The first exhibition in Scotland by the artist Mohammad Barrangi delivers on the promise brought forward by its title – Anything is Possible – by guiding the viewer in a world of magic and fabled characters. Including just eleven pieces by Barrangi, the sharp curation of these artworks manages to create a highly engaging space capable of demonstrating the artist’s impressive versatility. The variety of media and techniques included in a limited number of artworks creates an immersive experience as visitors will find themselves constantly discovering new and exciting details and conceptual layers hidden within Barrangi’s art.
The most prominent influences that consistently emerge in Barrangi’s work are linked to his Iranian origins, spanning calligraphy, Persian miniature painting tradition and Iranian mythological stories. The artist in fact states that he hopes that through his art he will be able to transport the audience to Iran. Barrangi achieves this by using hand-made traditional calligraphy pens to create his intricate ink drawings which are then transferred onto a background of Iranian wood stain washer over the paper. The final results evoke ancient manuscripts both in colour and in texture.
Barrangi also references Persian miniature paintings in artworks such as Play in Edinburgh City Square (2022) where he reproduces the ancient tradition of Persianate albums where a central illustrated folio is pasted on richly decorated and patterned margins. Traditionally these margins can include additional illustrations as it happens in Barrangi’s artwork. The artist also includes in his work Iranian iconography such as elephants – symbols of royalty – or felines that populate Iranian mythological stories.
Barrangi, however, adds his personal twist to Persianate and Iranian traditions most notably by enlarging his design challenging the traditional scale of miniature paintings. The exhibition includes colossal, large-scale pieces- that occupy entire walls- and blow-ups of drawing propped onto a wooden background like Cavalier and Waiting for You (2022). These artworks contain characters that could likely populate a fairy-tale. In an interview with Barrangi, he confirmed that the resemblance I noticed with theatre props and the sculptural pieces was legitimate as the artworks are inspired by the setting of an opera house.
Another way Barrangi modifies Persianate iconography is through the creation of hybrid creatures with human heads and animal bodies. All these characters are important women for the artists, either with a personal connection to him – like his mother and his girlfriend – or famous characters such as Frida Kahlo. Barrangi explained that he chooses to include only their visage in his artworks- combined with an animal body or simply floating- to express through these faces the multiple masks everyone wears in different social interactions, reflecting on social constructs as well as identity.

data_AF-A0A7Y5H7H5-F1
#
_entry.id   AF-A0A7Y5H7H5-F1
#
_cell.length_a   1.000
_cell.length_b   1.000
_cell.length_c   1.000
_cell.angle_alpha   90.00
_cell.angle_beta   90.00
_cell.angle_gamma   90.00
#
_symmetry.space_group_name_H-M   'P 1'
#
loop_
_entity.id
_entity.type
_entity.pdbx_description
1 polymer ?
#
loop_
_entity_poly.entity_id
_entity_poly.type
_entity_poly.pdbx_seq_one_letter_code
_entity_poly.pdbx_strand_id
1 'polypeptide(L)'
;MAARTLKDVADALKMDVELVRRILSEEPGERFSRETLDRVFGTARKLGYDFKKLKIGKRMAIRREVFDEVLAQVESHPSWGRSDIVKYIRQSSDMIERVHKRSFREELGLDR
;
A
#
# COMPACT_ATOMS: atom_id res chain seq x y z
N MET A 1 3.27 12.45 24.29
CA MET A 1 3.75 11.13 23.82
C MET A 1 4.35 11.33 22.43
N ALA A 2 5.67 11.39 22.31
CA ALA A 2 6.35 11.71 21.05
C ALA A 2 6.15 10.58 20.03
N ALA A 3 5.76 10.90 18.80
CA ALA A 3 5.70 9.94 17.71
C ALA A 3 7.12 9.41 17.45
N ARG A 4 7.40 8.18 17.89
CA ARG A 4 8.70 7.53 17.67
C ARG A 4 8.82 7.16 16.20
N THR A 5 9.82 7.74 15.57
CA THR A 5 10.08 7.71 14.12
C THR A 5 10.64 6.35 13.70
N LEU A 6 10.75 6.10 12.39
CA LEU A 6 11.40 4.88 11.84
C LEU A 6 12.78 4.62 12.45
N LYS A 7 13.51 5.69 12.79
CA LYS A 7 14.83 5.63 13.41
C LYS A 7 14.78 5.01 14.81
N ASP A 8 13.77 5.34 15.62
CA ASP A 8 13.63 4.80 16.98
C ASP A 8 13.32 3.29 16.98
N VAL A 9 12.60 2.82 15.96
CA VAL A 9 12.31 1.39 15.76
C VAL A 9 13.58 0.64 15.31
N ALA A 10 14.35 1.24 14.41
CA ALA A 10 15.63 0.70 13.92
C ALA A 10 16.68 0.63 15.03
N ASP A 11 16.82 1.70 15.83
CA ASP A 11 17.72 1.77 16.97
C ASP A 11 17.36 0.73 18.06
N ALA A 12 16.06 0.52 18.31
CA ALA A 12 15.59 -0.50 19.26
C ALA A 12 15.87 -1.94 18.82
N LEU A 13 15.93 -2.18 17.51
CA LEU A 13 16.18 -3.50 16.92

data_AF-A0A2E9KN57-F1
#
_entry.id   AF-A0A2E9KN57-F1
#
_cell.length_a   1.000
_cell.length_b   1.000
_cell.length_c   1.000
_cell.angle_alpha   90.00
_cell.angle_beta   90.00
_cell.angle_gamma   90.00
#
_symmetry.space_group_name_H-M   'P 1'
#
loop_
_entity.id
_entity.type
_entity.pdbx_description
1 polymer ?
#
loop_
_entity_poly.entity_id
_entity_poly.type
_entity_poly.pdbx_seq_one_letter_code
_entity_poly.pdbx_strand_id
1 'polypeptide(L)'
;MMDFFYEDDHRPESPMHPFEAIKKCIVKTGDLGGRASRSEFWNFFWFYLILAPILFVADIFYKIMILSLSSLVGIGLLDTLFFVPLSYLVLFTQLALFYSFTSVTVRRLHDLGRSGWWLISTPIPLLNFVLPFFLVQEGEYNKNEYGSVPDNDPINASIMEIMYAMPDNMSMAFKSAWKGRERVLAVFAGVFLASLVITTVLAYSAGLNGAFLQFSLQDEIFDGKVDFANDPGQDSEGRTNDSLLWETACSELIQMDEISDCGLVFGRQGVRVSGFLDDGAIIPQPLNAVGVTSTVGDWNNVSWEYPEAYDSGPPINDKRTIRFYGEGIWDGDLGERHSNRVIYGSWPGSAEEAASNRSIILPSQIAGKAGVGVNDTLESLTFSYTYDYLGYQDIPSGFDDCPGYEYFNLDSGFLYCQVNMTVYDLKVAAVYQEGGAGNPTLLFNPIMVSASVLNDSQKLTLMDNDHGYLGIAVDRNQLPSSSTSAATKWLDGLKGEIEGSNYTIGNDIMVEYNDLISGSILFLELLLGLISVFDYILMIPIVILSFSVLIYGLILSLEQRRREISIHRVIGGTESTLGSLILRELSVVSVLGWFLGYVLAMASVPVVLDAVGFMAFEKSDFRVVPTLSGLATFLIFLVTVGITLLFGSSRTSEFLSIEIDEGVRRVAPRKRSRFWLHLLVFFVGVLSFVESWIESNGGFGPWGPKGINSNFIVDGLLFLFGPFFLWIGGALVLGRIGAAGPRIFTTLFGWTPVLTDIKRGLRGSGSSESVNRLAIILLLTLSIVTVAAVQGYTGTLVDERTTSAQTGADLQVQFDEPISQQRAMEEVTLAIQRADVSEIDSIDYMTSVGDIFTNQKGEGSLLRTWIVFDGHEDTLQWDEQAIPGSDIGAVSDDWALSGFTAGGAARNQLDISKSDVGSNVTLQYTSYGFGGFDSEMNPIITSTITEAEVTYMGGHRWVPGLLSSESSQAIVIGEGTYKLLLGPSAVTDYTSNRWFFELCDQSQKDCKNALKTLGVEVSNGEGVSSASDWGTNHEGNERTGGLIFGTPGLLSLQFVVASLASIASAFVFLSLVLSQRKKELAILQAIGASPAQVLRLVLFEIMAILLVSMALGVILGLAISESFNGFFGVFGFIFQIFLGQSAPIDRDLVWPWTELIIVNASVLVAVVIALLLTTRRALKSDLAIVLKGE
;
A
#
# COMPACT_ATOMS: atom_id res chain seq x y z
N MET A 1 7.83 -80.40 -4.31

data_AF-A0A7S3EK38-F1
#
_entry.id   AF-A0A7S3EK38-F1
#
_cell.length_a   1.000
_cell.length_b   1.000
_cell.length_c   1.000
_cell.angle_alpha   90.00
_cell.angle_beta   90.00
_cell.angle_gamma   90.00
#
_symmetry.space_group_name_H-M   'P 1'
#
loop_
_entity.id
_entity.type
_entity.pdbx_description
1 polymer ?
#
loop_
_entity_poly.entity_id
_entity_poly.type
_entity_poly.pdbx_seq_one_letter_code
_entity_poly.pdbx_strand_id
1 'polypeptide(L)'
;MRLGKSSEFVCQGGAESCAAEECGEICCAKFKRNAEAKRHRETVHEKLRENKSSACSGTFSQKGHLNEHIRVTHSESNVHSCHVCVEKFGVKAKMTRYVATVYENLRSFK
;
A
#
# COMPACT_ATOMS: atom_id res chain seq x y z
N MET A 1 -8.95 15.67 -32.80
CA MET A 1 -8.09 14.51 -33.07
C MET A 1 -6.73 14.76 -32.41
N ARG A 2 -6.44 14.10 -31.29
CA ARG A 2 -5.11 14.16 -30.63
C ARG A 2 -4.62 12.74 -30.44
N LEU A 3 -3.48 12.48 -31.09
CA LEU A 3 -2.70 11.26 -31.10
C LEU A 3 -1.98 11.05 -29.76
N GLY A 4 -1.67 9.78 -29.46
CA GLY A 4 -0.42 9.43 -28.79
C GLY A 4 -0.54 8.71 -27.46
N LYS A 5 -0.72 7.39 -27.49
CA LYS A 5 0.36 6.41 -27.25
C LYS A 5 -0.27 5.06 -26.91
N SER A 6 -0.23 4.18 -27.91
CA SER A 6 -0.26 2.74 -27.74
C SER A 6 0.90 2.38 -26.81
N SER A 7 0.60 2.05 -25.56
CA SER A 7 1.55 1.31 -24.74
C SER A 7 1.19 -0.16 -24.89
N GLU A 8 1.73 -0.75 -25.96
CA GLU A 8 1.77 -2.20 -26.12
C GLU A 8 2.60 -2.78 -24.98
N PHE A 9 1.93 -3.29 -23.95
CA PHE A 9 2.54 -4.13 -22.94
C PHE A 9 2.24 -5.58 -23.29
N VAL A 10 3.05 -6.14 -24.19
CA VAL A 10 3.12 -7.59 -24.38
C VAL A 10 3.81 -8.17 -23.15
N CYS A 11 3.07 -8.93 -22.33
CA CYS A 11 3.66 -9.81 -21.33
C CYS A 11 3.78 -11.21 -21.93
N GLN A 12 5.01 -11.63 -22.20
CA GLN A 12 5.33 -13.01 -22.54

The theme of cultural identity is another topic that emerges in his work tainting the pure Persianate iconography with Barrangi’s experience of arriving in the UK with refugee status. One of the most important motifs connected to this topic is another anthropomorphic subject: a human-headed bird that continuously re-appears across his work. This subject is a projection of Barrangi’s fantasy as he noted ‘I imagine myself as a bird flying over the borders regardless of country or nationality.’ Through the human-headed bird flying, he underscores and advocates the importance of cross-cultural understanding.
This theme is also inspired by the poem The Conference of the Birds by Sufi poet Attar of Nishapur (1777). One of Barrangi’s seminal influences, this poem – through the description of metaphorical coming-together of all of the world’s birds – teaches the fundamental principles of Sufism. These tropes express strongly positive messages about the possibility to overcome border divisions and cultural differences. However, I wonder whether there isn’t an underlying message in Barrangi’s works about the way that – besides his best attempts – the communication and translation of his experiences and identity remain an imperfect exchange where parts of his message are inevitably lost in translation. I gathered this feeling by observing Barrangi’s peculiar choice to include Persianate calligraphy in some of the paintings, such as My Hands (2021), but to make it illegible through the artistic treatment of the surfaces, leaving a sense of ambiguity to the narrative contained within.
Barrangi also includes in his artworks reference to his own disability in his left hand. He made me notice that most of his hybrid women are represented with only one arm – a detail that originally escaped my attention as I had assumed it depended on Barrangi’s preference to represent most of them in profile, following Persianate artistic tradition. In his work, he explores the theme of disability with irony and wit: pointing out at his work My Hands (2022) he joked about it saying that he painted hands to make up for his left one.
I strongly recommend this exhibition that will transport you to a world of fantasy where anything is truly possible. Visitors will be able to find a complex exhibition capable of offering them an escape from daily routine into the artist’s incredible world filled with magical creatures and joyful funny subjects. While at the same time the audience will have the incredible opportunity to encounter and learn more about Iranian artistic tradition exploring complex narratives about cultural and personal identity.
With grateful thanks from Artmag to Sofia Cotrona for this review and images (photo’s by Alan Dimmick and Neil Hanna where stated).